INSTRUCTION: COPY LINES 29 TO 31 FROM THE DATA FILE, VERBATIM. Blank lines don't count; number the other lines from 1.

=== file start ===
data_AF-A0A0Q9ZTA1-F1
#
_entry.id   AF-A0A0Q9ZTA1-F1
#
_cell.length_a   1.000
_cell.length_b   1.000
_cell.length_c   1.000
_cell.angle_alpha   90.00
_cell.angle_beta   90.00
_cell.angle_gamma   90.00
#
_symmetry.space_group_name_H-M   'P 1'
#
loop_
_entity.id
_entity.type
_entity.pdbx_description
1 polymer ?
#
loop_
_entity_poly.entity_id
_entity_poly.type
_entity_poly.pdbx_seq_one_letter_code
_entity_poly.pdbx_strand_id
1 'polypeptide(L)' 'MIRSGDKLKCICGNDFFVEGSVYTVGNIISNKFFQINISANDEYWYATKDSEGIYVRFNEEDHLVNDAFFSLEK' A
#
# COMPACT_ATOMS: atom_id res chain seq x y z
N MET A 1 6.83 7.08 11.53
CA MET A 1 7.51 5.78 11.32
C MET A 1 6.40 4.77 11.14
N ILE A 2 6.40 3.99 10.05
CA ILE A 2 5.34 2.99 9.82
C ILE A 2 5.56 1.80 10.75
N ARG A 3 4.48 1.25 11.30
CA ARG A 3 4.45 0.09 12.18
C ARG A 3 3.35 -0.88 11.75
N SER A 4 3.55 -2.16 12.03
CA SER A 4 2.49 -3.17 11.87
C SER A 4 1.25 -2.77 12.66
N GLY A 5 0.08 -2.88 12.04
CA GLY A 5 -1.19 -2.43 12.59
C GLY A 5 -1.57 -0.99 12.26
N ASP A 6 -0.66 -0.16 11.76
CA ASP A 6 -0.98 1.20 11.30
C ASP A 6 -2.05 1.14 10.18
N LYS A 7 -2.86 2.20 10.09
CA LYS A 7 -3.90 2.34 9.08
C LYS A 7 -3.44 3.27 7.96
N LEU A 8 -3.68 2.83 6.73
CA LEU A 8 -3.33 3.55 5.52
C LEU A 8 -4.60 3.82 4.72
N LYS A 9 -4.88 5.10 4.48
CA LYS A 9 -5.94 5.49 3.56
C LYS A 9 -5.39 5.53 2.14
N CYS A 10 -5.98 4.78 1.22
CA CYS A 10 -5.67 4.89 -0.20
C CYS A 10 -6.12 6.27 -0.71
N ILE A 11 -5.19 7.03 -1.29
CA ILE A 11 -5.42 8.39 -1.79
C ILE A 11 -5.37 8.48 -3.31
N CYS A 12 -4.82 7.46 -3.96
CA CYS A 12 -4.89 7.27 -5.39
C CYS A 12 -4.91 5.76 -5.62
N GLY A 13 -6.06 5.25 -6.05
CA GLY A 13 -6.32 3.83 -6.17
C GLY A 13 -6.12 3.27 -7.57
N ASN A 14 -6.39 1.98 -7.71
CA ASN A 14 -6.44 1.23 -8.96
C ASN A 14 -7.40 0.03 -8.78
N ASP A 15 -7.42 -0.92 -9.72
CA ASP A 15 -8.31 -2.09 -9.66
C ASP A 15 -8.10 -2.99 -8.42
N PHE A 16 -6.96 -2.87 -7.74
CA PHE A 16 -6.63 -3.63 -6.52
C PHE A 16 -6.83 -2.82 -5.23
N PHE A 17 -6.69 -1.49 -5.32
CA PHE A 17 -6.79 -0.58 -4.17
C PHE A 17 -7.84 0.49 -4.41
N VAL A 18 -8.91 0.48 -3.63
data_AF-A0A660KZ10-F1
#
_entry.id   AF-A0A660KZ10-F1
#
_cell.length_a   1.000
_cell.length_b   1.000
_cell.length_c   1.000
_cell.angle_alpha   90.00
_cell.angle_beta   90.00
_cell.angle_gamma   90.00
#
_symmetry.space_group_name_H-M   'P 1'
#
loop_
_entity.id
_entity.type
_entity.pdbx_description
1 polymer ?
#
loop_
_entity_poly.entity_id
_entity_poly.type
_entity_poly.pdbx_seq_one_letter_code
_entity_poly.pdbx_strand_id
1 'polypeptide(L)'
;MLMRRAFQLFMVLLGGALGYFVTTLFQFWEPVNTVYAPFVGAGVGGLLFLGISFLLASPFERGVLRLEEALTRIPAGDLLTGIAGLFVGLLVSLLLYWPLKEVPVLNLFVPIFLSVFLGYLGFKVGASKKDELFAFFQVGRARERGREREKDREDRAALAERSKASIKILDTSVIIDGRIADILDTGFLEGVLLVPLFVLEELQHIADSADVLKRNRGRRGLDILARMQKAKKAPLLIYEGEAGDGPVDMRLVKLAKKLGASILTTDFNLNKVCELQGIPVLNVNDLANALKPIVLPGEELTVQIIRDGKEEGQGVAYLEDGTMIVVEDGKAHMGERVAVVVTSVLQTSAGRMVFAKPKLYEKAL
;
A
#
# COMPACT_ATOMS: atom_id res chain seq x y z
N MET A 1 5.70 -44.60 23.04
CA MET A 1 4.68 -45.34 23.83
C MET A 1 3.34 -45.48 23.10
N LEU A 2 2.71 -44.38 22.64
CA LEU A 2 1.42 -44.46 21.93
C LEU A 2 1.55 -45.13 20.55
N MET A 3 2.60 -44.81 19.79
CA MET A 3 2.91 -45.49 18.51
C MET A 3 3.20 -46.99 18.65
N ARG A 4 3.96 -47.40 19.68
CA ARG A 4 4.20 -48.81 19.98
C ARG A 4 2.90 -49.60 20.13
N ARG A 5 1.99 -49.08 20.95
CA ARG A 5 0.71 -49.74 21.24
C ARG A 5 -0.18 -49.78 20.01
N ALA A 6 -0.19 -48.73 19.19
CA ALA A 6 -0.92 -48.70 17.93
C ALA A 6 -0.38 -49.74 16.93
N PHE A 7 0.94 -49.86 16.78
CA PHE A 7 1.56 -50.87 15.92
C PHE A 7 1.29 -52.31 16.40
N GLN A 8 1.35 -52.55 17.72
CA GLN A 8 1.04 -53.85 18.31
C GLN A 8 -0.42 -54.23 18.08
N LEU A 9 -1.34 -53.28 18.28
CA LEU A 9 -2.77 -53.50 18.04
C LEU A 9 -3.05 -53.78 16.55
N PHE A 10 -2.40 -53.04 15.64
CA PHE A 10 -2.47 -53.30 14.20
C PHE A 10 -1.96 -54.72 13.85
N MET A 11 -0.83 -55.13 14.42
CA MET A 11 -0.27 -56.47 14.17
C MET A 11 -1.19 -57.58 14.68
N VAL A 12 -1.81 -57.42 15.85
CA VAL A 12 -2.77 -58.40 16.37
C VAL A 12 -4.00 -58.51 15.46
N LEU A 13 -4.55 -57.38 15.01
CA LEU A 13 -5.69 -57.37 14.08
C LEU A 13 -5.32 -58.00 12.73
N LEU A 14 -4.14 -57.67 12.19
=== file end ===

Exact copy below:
CA MET A 1 7.51 5.78 11.32
C MET A 1 6.40 4.77 11.14
N ILE A 2 6.40 3.99 10.05